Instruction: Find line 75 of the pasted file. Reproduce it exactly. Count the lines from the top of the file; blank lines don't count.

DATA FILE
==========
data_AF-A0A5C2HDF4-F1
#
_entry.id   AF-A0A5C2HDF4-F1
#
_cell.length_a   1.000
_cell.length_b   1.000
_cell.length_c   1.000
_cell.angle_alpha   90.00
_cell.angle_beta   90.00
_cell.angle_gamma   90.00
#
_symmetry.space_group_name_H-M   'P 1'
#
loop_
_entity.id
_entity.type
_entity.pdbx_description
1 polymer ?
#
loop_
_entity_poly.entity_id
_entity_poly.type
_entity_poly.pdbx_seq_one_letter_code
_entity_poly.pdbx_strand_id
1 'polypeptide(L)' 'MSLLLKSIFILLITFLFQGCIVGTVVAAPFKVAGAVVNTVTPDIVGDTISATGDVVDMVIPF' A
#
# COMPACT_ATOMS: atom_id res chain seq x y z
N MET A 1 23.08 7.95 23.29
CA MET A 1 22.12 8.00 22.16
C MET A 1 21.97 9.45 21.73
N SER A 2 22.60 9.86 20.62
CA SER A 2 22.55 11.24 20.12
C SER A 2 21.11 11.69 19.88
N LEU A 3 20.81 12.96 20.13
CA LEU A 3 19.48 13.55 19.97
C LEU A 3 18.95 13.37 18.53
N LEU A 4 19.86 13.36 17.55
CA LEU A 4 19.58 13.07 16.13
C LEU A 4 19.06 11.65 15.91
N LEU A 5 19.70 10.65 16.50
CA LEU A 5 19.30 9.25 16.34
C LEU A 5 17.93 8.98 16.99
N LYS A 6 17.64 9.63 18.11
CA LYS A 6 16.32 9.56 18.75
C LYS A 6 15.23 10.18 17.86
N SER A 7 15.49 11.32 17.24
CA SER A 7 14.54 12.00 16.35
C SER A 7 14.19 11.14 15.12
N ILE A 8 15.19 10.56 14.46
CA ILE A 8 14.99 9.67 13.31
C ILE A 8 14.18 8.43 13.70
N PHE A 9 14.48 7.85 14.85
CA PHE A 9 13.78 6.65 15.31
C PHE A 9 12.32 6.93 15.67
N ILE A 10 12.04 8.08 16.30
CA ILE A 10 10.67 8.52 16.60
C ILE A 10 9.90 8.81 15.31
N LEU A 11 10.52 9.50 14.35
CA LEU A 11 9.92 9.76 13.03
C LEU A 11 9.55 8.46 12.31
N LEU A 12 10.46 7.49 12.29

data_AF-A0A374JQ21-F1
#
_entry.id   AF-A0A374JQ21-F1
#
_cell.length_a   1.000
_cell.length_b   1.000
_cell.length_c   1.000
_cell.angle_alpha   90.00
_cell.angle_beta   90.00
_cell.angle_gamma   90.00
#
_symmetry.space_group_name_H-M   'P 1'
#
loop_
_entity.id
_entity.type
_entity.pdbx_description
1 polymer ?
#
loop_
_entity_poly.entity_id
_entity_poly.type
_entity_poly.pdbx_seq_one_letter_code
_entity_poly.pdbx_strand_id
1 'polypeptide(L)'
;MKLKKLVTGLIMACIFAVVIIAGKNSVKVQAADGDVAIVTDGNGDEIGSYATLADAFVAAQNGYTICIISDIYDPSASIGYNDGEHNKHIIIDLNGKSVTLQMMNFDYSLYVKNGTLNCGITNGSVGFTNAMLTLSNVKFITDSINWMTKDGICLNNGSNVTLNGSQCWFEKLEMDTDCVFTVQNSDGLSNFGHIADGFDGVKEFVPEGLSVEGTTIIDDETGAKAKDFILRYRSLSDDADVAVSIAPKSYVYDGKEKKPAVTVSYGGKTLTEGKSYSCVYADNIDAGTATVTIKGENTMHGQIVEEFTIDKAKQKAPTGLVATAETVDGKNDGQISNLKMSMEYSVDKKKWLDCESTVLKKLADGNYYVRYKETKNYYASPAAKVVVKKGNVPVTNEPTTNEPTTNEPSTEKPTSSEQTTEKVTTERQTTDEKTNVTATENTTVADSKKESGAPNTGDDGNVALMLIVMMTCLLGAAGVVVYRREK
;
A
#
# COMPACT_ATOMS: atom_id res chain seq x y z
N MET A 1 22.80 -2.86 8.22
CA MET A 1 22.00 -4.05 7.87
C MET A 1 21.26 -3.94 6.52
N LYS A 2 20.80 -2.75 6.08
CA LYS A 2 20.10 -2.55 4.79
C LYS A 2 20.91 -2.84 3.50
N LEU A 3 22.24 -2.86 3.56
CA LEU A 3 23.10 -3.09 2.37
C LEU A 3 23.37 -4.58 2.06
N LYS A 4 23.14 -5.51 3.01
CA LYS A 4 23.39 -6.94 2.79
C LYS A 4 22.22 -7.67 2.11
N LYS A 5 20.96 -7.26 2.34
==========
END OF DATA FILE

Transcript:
loop_